politics

The news story of our time: Partisanship for sake of partisanship

This Slate story starts with Common Core, but it’s not really about Common Core (which has a lot of “left-wing” critics as well, mostly because the math in it is some of the dumbest tripe ever cooked up in academia). It goes on to show how many policies were once embraced by the Republicans but then derided when Obama liked them, too.

From Obamacare to basic gun regulations, I’m not sure how many Obama policies you can find that didn’t once have widespread Republican support but are now “OMG! SOCIALISM!”

And the media frankly can’t do enough to point this out. Then they can go into other issues that have limited Obama’s ability to be an effective president — including Obama himself.

Conservative tribalism: Conservatives hate anything Barack Obama and liberals like..

journalism, politics

Is balance no longer fair?

This Washington Post essay asserting that the Republicans have basically withdrawn from mainstream thought is going to get a bit of attention, to say the least. The pertinent comment for journalists:

“Both sides do it” or “There is plenty of blame to go around” are the traditional refuges for an American news media intent on proving its lack of bias, while political scientists prefer generality and neutrality when discussing partisan polarization. Many self-styled bipartisan groups, in their search for common ground, propose solutions that move both sides to the center, a strategy that is simply untenable when one side is so far out of reach.

And then this:

We understand the values of mainstream journalists, including the effort to report both sides of a story. But a balanced treatment of an unbalanced phenomenon distorts reality. If the political dynamics of Washington are unlikely to change anytime soon, at least we should change the way that reality is portrayed to the public.

Our advice to the press: Don’t seek professional safety through the even-handed, unfiltered presentation of opposing views. Which politician is telling the truth? Who is taking hostages, at what risks and to what ends?

So are journalists now in an impossible situation in which a “balanced” view plays right into extremists’ hands, while calling out extremism will surely open the floodgates to bias accusations?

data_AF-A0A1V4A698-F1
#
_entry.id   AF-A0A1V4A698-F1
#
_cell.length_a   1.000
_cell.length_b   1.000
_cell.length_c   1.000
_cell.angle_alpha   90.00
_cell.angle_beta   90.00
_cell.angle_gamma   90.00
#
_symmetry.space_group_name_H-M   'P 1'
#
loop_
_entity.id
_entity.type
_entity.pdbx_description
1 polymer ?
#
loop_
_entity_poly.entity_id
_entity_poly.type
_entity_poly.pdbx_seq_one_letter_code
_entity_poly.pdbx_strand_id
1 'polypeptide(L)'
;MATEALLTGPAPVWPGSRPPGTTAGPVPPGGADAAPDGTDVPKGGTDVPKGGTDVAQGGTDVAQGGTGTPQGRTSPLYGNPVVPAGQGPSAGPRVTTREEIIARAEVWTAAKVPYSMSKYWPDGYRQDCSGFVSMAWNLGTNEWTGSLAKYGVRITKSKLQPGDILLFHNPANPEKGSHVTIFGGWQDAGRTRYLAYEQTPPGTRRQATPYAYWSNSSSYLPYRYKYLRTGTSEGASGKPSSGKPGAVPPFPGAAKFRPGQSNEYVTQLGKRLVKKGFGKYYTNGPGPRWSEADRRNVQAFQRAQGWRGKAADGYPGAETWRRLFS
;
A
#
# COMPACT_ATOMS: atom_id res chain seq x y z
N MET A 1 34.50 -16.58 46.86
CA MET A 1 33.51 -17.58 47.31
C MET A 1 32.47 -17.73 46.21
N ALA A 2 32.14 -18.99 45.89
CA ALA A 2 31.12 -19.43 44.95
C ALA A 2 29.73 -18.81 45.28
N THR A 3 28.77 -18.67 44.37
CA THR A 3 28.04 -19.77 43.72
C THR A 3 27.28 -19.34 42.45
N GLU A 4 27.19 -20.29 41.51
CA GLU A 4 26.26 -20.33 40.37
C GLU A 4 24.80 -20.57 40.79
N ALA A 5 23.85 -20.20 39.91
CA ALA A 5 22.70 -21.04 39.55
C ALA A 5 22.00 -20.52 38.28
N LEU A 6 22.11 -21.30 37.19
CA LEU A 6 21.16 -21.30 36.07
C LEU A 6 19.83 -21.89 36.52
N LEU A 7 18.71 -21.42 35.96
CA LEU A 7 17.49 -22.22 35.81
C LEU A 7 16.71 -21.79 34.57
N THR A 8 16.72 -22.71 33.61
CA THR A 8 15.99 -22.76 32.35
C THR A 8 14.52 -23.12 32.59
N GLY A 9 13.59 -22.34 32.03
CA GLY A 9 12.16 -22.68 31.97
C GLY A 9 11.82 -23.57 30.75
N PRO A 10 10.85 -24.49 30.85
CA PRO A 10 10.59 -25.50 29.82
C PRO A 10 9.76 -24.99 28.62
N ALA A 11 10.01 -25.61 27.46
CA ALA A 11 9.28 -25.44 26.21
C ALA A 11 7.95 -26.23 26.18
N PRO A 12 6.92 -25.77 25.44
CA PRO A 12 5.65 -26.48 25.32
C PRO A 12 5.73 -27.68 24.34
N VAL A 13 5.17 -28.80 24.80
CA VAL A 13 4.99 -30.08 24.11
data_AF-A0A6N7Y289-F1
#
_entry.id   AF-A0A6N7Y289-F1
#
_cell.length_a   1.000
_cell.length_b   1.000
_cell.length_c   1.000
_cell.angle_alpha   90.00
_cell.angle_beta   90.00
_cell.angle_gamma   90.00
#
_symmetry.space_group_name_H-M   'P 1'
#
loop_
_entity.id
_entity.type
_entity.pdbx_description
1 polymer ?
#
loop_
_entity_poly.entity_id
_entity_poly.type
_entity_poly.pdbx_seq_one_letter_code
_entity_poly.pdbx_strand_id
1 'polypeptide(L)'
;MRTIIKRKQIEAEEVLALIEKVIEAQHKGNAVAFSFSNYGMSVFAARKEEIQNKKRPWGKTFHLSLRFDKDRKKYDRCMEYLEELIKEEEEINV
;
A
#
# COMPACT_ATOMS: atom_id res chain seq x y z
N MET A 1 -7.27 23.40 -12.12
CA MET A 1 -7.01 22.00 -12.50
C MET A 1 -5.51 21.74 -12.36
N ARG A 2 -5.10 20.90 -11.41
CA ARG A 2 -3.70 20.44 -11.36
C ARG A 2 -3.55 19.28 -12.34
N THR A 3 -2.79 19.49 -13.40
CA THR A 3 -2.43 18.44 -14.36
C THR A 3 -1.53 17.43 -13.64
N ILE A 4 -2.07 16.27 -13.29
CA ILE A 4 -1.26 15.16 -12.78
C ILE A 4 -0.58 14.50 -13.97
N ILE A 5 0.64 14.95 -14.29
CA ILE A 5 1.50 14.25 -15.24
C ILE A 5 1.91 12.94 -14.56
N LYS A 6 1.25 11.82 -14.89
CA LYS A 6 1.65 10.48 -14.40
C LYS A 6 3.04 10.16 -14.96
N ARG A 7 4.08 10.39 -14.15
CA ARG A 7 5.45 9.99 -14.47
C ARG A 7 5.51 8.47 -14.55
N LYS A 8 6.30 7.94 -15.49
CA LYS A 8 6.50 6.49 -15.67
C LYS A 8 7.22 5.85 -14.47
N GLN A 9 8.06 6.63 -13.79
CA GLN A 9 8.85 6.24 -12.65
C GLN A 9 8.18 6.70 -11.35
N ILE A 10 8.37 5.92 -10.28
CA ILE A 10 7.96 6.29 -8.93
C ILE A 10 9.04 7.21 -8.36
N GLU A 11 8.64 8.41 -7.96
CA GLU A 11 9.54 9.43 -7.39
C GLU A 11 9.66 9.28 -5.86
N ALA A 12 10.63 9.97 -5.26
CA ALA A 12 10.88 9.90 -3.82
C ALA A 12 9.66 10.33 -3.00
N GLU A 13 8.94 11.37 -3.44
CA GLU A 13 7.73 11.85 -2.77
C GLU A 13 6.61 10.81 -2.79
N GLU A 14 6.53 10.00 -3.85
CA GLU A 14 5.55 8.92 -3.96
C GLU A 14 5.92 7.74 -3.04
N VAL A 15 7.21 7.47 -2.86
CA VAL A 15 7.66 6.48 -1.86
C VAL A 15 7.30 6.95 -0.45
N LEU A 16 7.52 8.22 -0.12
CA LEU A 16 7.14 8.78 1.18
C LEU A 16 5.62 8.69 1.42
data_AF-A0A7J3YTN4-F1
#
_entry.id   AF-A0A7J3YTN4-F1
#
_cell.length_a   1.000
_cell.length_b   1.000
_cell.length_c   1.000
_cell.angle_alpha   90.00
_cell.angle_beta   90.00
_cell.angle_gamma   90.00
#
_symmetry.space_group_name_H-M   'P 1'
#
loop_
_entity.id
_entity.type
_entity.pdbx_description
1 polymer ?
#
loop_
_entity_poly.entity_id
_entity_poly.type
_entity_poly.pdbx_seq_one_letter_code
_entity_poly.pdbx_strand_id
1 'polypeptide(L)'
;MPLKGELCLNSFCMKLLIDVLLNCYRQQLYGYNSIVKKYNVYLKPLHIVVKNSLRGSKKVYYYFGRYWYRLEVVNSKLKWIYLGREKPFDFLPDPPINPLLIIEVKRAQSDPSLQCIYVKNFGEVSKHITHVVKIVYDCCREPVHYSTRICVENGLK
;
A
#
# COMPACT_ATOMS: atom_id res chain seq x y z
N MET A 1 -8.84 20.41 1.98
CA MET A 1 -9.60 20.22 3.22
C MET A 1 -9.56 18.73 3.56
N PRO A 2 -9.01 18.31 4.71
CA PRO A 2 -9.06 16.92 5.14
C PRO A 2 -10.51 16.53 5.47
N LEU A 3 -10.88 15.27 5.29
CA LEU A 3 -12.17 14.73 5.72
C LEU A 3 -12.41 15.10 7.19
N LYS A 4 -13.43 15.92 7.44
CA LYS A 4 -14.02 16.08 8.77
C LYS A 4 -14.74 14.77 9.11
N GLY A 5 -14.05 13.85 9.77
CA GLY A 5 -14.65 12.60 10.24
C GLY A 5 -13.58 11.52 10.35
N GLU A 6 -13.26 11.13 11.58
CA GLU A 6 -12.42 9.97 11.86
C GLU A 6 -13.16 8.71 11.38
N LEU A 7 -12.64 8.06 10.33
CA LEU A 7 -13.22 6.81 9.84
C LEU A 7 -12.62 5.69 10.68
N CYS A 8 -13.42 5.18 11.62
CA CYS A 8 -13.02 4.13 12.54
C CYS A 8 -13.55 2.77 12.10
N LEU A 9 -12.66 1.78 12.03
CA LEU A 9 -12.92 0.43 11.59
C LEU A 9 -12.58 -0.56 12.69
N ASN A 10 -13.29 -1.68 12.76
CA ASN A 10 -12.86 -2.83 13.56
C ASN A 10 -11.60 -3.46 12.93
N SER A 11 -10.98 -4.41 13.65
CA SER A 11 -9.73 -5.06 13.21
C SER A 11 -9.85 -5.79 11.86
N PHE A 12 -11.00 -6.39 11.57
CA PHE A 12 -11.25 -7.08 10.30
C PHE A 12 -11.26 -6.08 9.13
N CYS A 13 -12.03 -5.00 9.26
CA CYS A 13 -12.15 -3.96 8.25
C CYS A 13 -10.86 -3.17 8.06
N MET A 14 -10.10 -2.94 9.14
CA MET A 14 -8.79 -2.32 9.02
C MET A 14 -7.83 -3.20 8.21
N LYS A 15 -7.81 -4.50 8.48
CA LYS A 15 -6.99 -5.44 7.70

(via Let’s just say it: The Republicans are the problem. – The Washington Post.)

Something else in the Post Outlook section, “Five Myths About Conservative Voters,” raises other questions. If conservative voters don’t think the way the media think they think, then are the media misrepresenting their desires? And are journalists wrong in thinking that what we heard in the GOP primaries reflects what GOP rank-and-file voters really want?

cynicism, politics

Agenda item #1: Annoy the other party

“The profound man … does not set his mind either for or against anything. What is right, he will follow.” – Confucius

Unfortunately, profound men and women have little chance of getting elected to the White House, thanks to our primary system that makes candidates appeal to their party’s most obnoxious factions before slaloming back to the center to pick up the independents in the middle.

The funny thing is that, if you look at every poll on party identification, independents are growing and growing. But the hyperpartisans are so well-entrenched that the primaries — at least the GOP primaries, since the Democrats won’t have a race in 2012 — are going to be full of candidates pandering to the most hateful elements.

Andrew Sullivan already came up with the best headline for this piece (The Ability To Win Has A Liberal Bias) and pulled out the money quote:

The underlying theory behind the talk radio critique of Daniels is basically that you can’t trust a man who disarms liberals with his seeming reasonability, and what you need instead is somebody who takes the fight to the left at every opportunity. This is an excellent description of the qualities required … to be a good talk radio host. But when applied to the presidential scene, it amounts to a kind of politics of schadenfreude, in which actual conservative accomplishments count for nothing, the ability to woo undecided voters is downgraded or dismissed, and all that matters is how much a prospective candidate irritates liberals.

But the rest of the original is a good read:

Mitch Daniels and the Talk Radio Right – NYTimes.com.

To an extent, you could say the left does this sort of thing as well. But if the Democrats were searching solely for candidates who annoy the right, Barney Frank would’ve been a big-time contender. Instead, the Democrats nominate people who deviate from the party line. And the “talk radio right” finds a reason to hate them anyway.